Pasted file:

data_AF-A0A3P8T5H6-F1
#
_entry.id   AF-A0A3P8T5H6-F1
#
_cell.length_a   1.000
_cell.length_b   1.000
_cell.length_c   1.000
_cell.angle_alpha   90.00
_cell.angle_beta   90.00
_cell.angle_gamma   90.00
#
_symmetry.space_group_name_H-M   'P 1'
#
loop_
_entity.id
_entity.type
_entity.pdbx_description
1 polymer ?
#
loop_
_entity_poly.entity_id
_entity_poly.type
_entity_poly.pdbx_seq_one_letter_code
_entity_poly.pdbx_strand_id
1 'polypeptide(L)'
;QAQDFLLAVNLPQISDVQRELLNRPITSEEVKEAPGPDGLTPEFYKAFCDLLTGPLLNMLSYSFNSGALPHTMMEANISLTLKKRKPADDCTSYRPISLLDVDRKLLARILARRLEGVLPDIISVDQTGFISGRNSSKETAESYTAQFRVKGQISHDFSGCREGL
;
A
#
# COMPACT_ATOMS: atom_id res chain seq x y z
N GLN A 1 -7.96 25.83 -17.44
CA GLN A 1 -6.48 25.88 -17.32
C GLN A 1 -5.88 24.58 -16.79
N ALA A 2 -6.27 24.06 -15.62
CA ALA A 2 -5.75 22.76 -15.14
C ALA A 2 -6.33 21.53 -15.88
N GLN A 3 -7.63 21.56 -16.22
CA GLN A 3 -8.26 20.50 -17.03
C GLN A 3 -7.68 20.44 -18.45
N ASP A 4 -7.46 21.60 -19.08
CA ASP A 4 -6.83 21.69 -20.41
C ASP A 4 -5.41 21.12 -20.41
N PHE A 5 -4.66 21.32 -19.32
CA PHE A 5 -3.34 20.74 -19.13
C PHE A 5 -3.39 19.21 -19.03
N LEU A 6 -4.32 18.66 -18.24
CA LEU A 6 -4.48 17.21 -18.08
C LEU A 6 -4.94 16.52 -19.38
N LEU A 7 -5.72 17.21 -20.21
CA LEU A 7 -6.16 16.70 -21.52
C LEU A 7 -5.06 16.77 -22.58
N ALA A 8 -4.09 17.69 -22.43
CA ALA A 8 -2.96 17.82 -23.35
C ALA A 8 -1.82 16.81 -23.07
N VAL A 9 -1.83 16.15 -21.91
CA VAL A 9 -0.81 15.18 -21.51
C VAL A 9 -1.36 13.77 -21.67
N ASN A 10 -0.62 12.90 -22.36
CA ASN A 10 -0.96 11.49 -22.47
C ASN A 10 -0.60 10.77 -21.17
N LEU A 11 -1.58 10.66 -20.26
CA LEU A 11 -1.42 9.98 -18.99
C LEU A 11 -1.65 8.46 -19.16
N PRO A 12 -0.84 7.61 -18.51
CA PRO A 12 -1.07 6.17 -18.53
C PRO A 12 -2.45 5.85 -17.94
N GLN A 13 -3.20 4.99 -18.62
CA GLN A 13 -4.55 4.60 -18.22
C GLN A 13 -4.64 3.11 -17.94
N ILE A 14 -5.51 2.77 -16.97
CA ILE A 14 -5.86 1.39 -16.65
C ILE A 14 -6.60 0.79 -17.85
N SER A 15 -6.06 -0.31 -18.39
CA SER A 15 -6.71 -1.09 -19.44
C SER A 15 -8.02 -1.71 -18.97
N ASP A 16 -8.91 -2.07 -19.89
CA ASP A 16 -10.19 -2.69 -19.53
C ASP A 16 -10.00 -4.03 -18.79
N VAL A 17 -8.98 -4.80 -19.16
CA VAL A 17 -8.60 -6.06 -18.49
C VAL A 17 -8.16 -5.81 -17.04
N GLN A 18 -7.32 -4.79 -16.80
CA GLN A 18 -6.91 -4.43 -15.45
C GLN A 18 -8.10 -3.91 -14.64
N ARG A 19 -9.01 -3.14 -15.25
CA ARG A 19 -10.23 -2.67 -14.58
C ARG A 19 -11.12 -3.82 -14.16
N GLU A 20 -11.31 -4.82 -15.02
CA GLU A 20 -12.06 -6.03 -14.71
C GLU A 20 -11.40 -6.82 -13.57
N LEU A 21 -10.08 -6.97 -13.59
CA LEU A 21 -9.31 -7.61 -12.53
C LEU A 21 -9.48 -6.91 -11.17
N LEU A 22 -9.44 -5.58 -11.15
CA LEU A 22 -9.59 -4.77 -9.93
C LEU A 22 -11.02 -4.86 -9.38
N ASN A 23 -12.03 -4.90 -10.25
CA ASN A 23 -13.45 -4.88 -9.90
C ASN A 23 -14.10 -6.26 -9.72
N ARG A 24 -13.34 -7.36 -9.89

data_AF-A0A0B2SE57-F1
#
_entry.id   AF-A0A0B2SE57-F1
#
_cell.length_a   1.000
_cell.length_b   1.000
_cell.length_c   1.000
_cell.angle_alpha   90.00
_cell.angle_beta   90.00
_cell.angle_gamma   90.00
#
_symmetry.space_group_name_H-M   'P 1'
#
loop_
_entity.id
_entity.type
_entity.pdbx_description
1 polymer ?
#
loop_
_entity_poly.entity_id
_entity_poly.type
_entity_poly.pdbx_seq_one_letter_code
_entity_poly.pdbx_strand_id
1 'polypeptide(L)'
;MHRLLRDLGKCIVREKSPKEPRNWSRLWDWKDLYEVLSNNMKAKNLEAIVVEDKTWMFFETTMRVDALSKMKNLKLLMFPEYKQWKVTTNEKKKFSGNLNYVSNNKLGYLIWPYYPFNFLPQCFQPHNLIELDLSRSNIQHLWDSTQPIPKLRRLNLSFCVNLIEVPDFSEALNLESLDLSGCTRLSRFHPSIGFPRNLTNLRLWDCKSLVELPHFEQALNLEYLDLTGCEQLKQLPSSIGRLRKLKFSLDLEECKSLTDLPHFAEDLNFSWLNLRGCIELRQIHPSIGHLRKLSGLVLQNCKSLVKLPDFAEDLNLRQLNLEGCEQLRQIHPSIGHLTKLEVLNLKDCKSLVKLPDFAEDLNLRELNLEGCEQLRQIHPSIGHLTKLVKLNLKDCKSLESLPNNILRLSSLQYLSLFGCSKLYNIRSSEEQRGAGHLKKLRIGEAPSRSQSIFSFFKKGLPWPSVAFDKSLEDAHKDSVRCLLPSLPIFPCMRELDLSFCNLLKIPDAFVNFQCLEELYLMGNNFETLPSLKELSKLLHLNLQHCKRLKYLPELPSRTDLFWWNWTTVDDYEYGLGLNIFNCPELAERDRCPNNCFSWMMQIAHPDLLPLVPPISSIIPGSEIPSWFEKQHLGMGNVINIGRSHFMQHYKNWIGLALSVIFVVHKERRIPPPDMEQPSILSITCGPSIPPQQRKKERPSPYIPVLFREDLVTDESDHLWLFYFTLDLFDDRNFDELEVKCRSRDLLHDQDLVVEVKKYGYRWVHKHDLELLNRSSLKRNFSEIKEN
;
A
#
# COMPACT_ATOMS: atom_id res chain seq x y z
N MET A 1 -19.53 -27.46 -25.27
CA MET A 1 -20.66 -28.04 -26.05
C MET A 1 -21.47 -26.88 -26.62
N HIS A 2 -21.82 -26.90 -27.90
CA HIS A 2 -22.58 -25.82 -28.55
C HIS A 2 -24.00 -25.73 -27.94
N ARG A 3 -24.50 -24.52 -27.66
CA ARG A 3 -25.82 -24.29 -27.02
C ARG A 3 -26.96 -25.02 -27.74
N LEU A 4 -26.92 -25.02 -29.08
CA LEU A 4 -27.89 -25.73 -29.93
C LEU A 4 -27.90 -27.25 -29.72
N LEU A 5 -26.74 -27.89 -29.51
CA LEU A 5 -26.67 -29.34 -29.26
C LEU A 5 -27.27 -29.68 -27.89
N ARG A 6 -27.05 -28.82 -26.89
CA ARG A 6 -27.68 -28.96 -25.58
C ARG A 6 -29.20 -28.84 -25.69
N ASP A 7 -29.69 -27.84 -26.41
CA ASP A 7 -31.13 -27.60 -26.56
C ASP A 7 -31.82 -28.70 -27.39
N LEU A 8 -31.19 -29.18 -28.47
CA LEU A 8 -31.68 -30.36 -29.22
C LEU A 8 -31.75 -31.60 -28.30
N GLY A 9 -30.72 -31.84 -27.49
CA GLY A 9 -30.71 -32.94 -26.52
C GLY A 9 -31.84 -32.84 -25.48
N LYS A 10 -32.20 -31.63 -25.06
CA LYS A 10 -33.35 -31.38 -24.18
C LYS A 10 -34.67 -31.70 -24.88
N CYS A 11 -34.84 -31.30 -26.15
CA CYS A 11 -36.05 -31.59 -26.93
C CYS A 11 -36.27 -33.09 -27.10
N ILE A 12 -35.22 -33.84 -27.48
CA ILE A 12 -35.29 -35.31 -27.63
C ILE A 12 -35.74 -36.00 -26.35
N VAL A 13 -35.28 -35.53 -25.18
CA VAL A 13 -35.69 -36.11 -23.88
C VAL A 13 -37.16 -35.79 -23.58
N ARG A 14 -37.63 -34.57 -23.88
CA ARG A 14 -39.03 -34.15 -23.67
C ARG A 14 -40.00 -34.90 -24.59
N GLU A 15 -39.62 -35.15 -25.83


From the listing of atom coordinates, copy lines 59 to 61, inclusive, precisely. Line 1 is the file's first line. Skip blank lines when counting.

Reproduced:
CA ASN A 10 -0.96 11.49 -22.47
C ASN A 10 -0.60 10.77 -21.17
N LEU A 11 -1.58 10.66 -20.26